The market for "wireless connectivity" is one of the fastest-growing ones in history. This is due to the enormous number of potential applications in communications infrastructure, in industrial and business settings and in an explosion of consumer-oriented uses.
The driving factors in each of these areas are broadly similar, but the consumer area in particular is strongly propelled by continuous reductions in size, mass and power consumption. Most consumer applications involve at least one mobile device, and the portability of that device is critical to making it attractive to the user.
The classic examples of this trend are the gradual shrinking of cordless phones and the even more dramatic size reduction in cellular mobile phones over the past two or three years. But the pressure on size and power is less visible in some other consumer applications, such as adding wireless networking to notebook PCs and PDAs, because the form factor and power consumption are still dominated by the host application.
However, the size of the wireless components may still be an important consideration in fitting the wireless function into the available internal space. With the advent of inexpensive, short-range wireless standards such as 802.11b, HomeRF and Bluetooth we can expect to see a proliferation of new mobile devices with wireless connectivity. For many of these, small size will be the key to portability, or perhaps wearability.
Continuous reduction in size and mass of the semiconductor systems that propel these wireless applications is achieved through several approaches. Increased integration of functionality onto the semiconductor chip has certainly had a major impact. For cordless-like technologies, it is now common for all the active elements-and many of the passives-to have a complete transceiver integrated on one chip. In most cases, all the baseband processing is also done on one chip, sometimes as a block incorporated into the host processor chip. There are many subtle variations of this strategy in the industry, as different suppliers try to find the optimum point in the size-power-performance-cost space for the entire system solution.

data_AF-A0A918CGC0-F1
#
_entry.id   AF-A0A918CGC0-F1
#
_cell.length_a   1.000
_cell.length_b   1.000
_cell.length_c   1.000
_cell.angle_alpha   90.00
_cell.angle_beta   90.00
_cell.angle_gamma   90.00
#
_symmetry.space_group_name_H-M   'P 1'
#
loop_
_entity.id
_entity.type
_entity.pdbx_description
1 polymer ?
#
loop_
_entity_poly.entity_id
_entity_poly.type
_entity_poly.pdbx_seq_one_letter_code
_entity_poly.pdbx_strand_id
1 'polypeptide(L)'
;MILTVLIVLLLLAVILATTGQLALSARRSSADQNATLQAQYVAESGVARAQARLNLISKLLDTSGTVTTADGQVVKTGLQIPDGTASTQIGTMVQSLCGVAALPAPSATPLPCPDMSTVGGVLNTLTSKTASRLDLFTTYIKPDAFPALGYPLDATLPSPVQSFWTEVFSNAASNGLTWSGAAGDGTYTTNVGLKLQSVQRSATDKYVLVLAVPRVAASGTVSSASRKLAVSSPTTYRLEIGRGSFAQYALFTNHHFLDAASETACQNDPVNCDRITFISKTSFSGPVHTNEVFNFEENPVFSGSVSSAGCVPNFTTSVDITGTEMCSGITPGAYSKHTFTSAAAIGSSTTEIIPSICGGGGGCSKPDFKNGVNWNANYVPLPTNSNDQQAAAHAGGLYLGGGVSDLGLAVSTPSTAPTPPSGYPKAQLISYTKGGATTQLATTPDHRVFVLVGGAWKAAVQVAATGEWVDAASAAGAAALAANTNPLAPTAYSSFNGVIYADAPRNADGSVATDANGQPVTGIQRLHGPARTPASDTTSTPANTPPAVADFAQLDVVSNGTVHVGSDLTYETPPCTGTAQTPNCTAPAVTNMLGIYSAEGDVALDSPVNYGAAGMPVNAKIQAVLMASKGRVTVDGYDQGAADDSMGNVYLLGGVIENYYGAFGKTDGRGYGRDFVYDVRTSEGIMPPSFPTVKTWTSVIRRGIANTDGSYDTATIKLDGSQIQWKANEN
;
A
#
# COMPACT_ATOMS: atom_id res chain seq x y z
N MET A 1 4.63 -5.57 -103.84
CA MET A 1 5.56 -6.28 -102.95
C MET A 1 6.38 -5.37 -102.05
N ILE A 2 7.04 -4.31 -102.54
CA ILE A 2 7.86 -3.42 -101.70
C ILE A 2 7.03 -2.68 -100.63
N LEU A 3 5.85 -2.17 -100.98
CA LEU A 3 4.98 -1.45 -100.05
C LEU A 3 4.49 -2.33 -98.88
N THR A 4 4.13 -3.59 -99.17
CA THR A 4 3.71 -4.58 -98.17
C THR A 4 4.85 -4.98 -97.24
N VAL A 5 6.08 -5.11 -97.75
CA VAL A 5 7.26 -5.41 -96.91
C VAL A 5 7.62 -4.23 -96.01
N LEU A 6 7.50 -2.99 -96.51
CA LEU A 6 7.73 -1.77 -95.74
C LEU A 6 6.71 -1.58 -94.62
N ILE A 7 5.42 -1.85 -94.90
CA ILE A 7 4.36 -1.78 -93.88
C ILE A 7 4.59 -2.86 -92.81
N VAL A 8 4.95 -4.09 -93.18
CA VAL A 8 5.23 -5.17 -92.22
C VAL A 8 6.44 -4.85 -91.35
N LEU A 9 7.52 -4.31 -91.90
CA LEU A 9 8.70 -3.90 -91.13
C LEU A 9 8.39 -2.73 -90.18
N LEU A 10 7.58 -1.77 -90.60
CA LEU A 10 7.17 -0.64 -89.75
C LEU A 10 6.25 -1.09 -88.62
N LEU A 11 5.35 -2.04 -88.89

Because of the number of variables involved-chip technology, passive technology, system architecture and partitioning, performance requirements, to name a few-it is important to focus on the overall system rather than the individual semiconductor components. What the end-equipment manufacturer wants is a drop-in solution that will deliver the right amount of wireless connectivity to enable the end user to have a stress-free "unplug and play" experience.
The emphasis on ease of use, both for the ultimate consumer and equipment manufacturer, adds to the drive for a second approach to size reduction. Use of advanced packaging concepts can both reduce the size of semiconductor components and achieve higher levels of system integration to make it easier for the equipment manufacturer to quickly bring wireless functionality to its products. This will be especially important in the case of standards like Bluetooth, where in many cases the wireless connectivity is a feature of the overall product rather than the entire point of the product. For example, in a PDA wireless synchronization would be a nice thing to have, but not the whole reason one would buy one.
In many of these applications, the equipment manufacturer does not have any in-house wireless capability and probably has no desire to add it. In such a case, ease of use becomes the most important characteristic of the wireless solution. There is wide acceptance in the Bluetooth community that, in the long run, the main delivery mechanism for Bluetooth functionality will be via some kind of completely integrated module. In fact, the qualification process is set up to take advantage of that expectation. Semiconductor vendors are encouraged to obtain qualification on modules that encapsulate the transceiver or low-level baseband functions or both. The strategy allows equipment manufacturers to reuse the already qualified components and concentrate their own efforts on the higher levels of the protocol stack and on the application. That shortens both the design time and the approval cycle for the finished product.